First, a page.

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“Very soon people said, ‘Well, what can we buy?’” she said.

The skin of her nascent media brand began shedding. Infographics and merch were no longer enough for Ms. Shields, who had put a small team of executives together and mined the community for ideas. In June, a new company will emerge, called Commence. It will sell three hair-care products on its website.

In the modern beauty industry, there is precedent for pivoting from content to commerce: Glossier, valued at $1.8 billion in 2021, was born from the blog Into the Gloss. Its first skin-care products were developed using feedback from the website’s commenters.

But for anyone familiar with Ms. Shields’s career, Commence also makes one of those perfect and poignant stories.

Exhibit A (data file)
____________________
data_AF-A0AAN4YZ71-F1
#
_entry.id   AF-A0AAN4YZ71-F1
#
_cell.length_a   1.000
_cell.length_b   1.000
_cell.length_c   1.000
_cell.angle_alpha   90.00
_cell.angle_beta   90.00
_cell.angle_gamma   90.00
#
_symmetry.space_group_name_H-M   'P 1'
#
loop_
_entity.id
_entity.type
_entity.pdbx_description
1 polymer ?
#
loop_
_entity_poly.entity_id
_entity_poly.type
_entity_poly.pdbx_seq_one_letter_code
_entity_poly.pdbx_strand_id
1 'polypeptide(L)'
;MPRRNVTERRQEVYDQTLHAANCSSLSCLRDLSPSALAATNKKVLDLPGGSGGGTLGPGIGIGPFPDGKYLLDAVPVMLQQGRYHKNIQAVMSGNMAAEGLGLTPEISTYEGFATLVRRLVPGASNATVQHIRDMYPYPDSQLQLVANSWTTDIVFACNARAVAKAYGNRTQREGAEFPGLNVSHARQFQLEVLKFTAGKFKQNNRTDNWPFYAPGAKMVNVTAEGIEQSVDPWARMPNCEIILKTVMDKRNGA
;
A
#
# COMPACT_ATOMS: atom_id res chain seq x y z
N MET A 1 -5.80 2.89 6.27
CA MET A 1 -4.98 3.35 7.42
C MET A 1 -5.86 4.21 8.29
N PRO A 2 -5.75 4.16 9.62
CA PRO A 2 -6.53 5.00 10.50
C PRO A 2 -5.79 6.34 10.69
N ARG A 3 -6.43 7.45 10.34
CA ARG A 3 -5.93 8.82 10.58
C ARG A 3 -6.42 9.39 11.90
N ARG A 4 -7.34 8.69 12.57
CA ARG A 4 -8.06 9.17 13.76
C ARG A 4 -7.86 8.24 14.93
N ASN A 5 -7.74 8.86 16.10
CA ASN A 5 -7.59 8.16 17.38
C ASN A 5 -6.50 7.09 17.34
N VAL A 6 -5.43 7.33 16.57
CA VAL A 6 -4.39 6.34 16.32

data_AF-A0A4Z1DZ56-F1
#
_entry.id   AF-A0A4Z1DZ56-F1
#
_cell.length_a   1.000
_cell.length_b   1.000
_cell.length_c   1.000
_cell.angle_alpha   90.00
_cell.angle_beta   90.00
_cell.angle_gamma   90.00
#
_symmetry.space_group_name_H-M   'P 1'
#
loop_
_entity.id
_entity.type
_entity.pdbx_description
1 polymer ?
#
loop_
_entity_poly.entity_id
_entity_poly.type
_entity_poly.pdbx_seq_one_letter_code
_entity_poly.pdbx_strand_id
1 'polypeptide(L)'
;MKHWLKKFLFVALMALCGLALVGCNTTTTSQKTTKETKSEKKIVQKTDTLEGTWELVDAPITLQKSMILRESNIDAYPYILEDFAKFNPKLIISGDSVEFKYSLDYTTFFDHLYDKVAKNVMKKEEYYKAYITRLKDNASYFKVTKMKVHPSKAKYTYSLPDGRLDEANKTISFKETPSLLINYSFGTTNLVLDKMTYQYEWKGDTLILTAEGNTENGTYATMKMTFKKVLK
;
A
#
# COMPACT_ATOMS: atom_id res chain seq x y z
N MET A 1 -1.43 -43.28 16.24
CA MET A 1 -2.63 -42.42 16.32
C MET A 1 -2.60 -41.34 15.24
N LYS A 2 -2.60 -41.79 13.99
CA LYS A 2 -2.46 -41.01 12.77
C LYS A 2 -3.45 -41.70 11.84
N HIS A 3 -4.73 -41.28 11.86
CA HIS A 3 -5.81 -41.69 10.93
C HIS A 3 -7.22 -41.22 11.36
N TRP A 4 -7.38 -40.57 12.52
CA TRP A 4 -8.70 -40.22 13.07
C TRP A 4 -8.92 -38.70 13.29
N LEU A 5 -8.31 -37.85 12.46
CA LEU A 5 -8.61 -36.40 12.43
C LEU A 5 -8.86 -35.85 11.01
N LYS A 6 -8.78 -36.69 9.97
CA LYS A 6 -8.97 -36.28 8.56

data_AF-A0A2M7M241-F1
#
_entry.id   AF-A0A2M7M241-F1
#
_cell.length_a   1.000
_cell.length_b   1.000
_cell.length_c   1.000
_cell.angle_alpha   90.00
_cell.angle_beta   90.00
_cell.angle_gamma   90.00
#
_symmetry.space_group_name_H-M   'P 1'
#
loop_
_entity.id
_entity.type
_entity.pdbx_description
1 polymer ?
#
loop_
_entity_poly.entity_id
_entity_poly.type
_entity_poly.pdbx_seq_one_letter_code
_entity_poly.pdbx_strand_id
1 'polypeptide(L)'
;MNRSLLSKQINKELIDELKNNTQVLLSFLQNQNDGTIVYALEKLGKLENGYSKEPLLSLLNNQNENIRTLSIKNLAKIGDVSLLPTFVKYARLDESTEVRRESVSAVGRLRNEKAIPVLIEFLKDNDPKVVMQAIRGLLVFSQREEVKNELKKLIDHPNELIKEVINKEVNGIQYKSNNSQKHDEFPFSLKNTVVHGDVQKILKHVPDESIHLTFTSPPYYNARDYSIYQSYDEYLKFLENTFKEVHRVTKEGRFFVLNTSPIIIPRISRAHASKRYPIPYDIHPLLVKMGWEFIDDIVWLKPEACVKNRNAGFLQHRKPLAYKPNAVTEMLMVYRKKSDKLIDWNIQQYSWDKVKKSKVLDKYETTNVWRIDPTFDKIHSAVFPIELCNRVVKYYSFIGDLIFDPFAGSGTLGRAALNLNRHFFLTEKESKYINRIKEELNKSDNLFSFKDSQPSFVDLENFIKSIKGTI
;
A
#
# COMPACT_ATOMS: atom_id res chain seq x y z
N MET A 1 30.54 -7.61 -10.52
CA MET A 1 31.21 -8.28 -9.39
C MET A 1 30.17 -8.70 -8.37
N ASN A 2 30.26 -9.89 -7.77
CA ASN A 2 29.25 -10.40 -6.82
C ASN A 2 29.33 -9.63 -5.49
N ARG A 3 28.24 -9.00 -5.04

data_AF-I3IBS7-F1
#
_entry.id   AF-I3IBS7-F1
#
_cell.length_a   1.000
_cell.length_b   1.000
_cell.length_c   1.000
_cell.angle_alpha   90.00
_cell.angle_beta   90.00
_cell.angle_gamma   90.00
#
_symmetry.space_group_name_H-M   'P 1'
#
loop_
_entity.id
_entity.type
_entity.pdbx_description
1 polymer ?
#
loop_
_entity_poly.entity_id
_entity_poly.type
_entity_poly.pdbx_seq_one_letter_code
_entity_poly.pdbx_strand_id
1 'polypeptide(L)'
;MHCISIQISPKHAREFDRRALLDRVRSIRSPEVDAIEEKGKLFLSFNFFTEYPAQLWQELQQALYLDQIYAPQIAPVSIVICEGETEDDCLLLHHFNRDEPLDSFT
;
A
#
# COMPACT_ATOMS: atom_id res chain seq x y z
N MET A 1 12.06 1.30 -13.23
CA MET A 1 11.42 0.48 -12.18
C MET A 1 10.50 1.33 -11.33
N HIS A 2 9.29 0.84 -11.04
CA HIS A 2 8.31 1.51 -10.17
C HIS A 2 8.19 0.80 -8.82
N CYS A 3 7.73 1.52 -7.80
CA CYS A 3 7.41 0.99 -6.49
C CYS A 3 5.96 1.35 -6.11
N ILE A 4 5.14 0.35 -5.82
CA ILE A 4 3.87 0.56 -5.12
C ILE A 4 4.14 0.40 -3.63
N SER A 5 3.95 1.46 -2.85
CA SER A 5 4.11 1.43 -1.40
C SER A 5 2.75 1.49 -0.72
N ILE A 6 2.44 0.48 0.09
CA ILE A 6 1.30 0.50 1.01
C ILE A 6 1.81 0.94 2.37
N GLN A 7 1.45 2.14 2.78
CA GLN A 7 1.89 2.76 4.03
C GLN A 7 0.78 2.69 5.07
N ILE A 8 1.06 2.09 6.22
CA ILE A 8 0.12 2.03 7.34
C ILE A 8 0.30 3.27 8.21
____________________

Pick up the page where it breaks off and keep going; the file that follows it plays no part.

Ever since she could crawl, Ms. Shields has been the face of household products: a model for Ivory soap at 11 months, Band-Aids at 5, Colgate toothpaste at 10, Calvin Klein jeans at 15, Coppertone sunscreen at 43, La-Z-Boy furniture at 45, and that is just a highlight reel. In the 1980s, her name was put on blow dryers and curling irons and hair crimpers. “By the way, I loathe the color purple, and all of the products were purple,” she said. “I didn’t know I had anything to say about it.”

Now, at 59, Ms. Shields is a chief executive overseeing how her products are made and how her name is used to sell them. It is capitalist empowerment.

“I’ve sold for other people my whole life,” Ms. Shields said.

I did not expect to find Teri Shields, famed stage mother, at her daughter’s house in the West Village of Manhattan. But there she was, blending into a marble-topped bar in the living room. Among liquor bottles and barware sat Teri’s urn. Ms. Shields lifted the lid to show me.



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